Avocados start green and turn black as they ripen. In the store, you should gently squeeze and examine avocados to find the right one for your needs: If you don’t plan on using it until later in the week, choose one that is green and firm. If you want to eat the avocado immediately, pick one that is dark in color and just slightly soft when you squeeze it.

How to Use an Avocado

To ripen a hard avocado, place it in a brown bag with a banana and it should be ripe in two days or so. If your avocado is ripe but you aren’t ready to use it, stick it in the refrigerator. You can also save parts of an avocado for later—just leave the pit in before wrapping it to help maintain freshness.

Avocado is delicious plain, and also works well in tons of recipes, including salads, wraps, sandwiches and spreads. Or, try one of these tasty Best Life recipes.
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How to Cook with Kale

Kale was a leafy green that I veered far away from as a kid. But now that I’ve matured and wised up to know that kale is one of the healthiest greens around, I’ve opted to include it in my diet a bit more often. For those only beginning to venture into the world of dark leafy greens, kale is a great place to start and often referred to as the “queen of greens” for its superior health benefits. There is a bounty of delicious recipes to pick from online (we share five below), most grocery stores and markets have it in stock, and it’s so diverse that chances are you’re bound to find at least one way to enjoy this nutritious green.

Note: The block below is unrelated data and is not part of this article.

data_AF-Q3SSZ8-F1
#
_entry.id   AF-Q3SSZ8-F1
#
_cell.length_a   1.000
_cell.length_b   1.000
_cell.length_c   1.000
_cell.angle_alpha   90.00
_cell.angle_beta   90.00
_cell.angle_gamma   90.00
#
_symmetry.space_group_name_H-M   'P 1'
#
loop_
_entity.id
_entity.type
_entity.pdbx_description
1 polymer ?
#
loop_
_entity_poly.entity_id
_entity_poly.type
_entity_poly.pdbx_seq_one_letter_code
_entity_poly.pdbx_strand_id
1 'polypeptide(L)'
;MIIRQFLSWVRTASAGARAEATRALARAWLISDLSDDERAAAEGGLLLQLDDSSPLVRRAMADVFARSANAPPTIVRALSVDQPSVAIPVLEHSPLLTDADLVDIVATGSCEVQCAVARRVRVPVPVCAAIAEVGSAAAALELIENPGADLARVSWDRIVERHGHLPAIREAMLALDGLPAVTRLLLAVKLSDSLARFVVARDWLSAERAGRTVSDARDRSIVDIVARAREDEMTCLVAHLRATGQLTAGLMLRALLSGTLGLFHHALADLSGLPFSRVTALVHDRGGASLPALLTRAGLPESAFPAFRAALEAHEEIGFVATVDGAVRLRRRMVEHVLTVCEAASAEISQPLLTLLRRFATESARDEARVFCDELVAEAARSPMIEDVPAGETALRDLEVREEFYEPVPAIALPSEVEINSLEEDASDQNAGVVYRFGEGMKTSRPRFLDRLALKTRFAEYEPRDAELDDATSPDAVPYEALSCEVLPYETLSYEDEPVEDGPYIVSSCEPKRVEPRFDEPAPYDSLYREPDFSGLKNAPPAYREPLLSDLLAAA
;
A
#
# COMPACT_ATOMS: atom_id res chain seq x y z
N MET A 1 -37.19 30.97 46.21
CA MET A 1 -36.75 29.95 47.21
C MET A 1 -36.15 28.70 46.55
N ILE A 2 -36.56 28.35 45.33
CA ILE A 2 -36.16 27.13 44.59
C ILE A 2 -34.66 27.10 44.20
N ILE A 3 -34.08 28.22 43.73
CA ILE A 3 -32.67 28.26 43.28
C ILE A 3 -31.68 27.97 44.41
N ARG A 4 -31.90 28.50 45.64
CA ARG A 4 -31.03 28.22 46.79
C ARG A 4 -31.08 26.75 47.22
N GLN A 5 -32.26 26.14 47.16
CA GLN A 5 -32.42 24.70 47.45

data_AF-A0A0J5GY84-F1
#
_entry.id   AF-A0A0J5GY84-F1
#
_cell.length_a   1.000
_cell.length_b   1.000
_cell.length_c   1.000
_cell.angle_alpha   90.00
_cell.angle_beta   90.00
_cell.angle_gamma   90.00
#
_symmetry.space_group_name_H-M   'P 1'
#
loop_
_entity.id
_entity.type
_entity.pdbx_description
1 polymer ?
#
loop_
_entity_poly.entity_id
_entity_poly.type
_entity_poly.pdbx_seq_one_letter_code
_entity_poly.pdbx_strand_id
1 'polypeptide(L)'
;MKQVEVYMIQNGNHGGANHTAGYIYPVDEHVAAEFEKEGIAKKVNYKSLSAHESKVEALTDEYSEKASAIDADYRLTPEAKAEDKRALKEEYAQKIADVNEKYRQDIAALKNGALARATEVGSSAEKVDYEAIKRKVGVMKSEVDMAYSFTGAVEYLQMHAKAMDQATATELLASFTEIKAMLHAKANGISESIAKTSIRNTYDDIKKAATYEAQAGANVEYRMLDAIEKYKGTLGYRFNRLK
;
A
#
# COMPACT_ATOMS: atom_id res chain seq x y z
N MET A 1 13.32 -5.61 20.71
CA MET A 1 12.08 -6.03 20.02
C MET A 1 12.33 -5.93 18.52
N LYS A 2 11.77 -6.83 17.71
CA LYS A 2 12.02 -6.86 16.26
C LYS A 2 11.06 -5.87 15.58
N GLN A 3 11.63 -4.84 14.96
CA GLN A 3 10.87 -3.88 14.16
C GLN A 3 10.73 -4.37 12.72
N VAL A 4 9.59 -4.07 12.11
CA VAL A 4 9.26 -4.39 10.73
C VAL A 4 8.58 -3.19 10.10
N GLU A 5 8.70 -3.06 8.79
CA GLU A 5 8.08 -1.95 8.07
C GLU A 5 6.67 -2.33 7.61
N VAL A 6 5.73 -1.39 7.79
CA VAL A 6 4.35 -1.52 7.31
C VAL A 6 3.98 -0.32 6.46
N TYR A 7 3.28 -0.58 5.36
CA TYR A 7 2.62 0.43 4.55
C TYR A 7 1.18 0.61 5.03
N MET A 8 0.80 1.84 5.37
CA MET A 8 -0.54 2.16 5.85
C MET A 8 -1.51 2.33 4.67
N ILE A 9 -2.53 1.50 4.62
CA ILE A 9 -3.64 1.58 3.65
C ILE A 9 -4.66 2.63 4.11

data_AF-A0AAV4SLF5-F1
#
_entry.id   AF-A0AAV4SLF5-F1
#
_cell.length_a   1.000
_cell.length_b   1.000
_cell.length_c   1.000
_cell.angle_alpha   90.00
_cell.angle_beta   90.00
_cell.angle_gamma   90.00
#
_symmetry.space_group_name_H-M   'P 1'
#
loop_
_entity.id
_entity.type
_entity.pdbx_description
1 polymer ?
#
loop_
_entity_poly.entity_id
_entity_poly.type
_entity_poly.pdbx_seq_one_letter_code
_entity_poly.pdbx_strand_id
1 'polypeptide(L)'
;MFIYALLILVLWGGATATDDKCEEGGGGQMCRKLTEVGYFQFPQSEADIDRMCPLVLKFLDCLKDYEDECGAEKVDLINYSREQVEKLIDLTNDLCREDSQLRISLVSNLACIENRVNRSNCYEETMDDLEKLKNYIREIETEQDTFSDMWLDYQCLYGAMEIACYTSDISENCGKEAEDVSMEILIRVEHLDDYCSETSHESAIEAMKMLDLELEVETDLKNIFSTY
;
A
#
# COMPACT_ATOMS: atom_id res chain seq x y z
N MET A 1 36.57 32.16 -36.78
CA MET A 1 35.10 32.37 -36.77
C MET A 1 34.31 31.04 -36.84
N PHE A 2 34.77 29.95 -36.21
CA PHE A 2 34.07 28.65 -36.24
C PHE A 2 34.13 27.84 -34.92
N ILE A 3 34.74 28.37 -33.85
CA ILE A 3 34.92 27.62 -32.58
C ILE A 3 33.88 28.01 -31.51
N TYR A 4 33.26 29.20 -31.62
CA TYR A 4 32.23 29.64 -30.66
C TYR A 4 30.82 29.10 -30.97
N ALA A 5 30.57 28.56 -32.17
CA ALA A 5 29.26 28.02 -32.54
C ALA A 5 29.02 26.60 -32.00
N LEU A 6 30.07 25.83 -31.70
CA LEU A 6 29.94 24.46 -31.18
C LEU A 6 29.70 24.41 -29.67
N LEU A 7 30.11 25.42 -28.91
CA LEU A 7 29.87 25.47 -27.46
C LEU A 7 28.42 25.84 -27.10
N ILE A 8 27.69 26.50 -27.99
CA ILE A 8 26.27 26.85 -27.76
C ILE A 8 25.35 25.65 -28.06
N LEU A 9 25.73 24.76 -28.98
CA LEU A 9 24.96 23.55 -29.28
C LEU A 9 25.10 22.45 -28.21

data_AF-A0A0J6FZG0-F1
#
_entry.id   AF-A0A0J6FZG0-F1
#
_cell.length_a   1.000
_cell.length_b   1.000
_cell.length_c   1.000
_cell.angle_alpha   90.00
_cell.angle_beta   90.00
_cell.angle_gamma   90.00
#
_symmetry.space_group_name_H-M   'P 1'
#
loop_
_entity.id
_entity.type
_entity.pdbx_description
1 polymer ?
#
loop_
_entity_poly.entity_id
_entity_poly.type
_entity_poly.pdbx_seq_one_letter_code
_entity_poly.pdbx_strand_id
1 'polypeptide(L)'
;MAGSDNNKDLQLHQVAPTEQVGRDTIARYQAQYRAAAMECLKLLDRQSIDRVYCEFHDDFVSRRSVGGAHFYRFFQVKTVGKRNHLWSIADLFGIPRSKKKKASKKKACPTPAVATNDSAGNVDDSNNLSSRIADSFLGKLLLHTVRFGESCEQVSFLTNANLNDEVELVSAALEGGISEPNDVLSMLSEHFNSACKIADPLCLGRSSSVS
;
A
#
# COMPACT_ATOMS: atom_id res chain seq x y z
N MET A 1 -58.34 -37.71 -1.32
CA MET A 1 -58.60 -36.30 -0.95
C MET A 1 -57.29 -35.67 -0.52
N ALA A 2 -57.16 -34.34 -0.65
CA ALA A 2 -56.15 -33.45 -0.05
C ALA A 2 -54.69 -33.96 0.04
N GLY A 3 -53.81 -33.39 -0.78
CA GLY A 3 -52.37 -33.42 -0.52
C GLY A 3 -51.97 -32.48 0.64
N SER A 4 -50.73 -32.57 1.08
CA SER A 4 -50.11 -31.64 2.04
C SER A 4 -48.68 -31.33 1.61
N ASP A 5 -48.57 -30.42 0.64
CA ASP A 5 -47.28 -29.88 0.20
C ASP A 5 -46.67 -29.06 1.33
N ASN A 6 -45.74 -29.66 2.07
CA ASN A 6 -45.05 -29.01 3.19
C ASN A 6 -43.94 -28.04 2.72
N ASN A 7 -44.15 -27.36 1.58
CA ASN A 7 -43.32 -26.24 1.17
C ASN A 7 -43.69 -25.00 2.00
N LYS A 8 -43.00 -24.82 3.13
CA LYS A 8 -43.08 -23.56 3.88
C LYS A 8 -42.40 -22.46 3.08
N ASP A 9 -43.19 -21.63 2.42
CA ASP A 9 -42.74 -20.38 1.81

Health benefits: For starters, kale – also known as borecole – is an amazing source of iron. In fact, it contains more per serving than beef, which is extremely beneficial as iron promotes cell growth, proper liver function, the formation of hemoglobin and enzymes, and also transports oxygen throughout the body, according to MindBodyGreen.

Kale is also high in vitamin K and C, fiber, and cancer-fighting antioxidants like carotenoids and flavonoids. In addition, one cup contains 10 percent of the recommended daily amount of omega-3 fatty acids, which help protect against arthritis, depression and autoimmune disorders, as well as promote heart health.
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Avoid the ‘Salty Six’ For a Healthy Heart

Do you know how much sodium is safe to consume on a daily basis? And perhaps more importantly, do you know how much sodium is actually in the foods you eat?  If you answered ‘no’ to either of these questions, the American Heart Association is here to help. The organization is seeking to provide some clarity on the topic of sodium with the introduction of its “Salty Six” – a list of six popular foods that are likely adding the highest levels of sodium to your diet.

It’s no secret that foods like canned soup and salty pizza made the list for their outrageous levels of sodium. But would you be surprised to know that bread and rolls ranked number one on the Salty Six and poultry and sandwiches followed not far behind?